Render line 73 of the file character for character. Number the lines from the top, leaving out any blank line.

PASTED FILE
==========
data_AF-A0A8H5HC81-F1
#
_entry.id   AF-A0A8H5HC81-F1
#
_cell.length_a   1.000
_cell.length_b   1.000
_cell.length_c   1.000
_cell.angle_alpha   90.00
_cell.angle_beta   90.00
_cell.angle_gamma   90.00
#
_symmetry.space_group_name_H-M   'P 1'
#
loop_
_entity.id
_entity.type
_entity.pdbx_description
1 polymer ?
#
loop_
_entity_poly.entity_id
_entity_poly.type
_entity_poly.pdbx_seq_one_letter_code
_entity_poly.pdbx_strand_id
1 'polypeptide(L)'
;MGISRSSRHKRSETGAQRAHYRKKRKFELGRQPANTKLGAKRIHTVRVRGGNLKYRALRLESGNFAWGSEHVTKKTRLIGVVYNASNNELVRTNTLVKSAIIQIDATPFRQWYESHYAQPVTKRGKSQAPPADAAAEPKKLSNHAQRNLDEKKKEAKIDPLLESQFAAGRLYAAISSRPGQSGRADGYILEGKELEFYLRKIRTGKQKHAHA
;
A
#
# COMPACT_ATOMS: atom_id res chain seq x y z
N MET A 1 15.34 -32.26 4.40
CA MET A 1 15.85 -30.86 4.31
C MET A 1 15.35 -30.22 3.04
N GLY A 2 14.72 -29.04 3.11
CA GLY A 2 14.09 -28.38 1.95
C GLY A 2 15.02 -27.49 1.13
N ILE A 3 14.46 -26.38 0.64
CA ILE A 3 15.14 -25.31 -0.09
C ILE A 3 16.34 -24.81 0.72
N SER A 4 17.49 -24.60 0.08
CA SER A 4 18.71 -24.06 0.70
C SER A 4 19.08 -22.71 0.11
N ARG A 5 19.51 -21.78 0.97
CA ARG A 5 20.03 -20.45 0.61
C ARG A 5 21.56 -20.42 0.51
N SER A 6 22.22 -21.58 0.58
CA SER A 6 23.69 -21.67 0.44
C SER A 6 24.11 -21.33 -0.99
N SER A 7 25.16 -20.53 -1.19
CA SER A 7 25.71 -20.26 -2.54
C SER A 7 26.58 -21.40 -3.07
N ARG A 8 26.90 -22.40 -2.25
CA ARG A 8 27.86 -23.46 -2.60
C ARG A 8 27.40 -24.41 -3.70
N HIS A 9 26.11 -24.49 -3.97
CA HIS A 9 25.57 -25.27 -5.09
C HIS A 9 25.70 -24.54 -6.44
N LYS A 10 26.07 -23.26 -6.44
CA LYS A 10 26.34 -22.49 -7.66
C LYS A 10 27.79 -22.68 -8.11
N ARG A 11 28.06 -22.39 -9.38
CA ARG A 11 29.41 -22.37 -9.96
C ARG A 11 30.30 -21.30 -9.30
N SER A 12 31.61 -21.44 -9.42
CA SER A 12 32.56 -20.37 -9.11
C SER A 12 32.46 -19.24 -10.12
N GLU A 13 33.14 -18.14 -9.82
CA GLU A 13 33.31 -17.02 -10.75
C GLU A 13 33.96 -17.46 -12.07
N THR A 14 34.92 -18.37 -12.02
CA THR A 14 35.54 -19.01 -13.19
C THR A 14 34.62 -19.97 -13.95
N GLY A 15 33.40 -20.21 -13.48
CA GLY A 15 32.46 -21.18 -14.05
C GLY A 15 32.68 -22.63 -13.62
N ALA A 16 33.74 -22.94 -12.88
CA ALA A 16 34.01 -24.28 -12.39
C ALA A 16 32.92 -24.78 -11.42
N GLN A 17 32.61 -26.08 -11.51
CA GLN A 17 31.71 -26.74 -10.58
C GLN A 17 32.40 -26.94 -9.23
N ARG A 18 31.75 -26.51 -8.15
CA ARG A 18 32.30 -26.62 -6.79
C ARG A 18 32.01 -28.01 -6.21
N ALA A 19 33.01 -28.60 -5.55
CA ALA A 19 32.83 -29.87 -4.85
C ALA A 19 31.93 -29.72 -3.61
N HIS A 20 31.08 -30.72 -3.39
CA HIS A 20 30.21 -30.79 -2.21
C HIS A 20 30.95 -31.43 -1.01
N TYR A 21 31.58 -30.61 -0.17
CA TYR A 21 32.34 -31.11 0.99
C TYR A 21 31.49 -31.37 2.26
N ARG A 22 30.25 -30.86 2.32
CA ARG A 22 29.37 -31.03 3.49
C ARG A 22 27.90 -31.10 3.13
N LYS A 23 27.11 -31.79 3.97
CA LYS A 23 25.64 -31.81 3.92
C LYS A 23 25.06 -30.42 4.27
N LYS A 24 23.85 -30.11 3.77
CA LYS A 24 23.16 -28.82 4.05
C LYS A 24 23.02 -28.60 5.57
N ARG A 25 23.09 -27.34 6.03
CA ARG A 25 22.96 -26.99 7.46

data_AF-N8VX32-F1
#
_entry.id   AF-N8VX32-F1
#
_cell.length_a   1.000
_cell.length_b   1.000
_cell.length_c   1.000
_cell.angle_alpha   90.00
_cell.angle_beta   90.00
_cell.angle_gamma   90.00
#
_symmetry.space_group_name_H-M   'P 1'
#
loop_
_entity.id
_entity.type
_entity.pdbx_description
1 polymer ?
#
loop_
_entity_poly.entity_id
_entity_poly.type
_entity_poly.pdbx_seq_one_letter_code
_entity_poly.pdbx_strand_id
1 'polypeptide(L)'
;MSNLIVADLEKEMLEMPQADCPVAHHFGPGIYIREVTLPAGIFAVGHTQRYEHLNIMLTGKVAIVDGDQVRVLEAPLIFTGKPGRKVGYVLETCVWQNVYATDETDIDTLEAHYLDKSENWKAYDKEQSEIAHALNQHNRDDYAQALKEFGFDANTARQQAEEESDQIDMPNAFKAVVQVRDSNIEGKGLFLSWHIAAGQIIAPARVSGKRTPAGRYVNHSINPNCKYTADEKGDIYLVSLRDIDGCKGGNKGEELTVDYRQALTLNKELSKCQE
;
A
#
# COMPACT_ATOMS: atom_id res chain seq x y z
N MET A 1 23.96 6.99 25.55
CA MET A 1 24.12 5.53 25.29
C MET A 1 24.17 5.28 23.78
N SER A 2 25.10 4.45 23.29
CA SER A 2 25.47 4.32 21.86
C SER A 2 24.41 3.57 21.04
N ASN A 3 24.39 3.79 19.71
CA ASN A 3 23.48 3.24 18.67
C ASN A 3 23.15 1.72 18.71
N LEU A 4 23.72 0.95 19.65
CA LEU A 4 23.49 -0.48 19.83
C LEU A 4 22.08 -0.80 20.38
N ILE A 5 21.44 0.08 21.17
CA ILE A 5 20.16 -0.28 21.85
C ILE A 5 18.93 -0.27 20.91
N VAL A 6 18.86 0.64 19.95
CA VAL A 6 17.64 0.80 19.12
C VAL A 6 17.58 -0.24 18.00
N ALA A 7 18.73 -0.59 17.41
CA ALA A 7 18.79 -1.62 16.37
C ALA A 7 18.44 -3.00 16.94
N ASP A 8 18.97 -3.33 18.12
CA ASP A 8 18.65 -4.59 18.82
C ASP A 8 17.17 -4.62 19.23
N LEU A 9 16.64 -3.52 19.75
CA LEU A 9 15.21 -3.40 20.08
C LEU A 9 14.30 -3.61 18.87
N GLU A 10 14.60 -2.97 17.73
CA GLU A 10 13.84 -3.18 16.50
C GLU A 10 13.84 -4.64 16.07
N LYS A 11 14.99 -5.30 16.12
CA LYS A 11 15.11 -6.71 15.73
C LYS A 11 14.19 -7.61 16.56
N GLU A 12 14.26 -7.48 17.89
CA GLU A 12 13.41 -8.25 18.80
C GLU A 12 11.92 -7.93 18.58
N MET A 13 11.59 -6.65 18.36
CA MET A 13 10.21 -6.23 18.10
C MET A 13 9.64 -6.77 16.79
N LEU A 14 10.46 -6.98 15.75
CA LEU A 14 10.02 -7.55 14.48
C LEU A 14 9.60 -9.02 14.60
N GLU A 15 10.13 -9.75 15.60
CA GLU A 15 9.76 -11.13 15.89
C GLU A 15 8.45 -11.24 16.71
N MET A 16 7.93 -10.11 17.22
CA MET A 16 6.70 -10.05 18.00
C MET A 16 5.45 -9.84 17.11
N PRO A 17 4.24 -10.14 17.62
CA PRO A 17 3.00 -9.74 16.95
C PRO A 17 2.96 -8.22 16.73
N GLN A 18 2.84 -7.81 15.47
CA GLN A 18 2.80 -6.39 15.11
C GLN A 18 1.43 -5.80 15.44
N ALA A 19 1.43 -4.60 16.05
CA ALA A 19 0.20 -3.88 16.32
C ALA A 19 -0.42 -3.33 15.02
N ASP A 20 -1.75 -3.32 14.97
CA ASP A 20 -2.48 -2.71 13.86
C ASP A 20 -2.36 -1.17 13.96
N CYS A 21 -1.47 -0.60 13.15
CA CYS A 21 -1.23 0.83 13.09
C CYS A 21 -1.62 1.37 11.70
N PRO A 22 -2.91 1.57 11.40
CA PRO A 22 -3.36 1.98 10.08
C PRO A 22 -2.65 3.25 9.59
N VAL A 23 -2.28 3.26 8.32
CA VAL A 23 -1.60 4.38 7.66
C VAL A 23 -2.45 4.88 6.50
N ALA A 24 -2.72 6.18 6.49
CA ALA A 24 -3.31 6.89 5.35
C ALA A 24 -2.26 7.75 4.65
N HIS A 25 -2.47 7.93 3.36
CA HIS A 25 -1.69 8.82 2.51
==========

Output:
N GLY A 15 33.40 -20.21 -13.48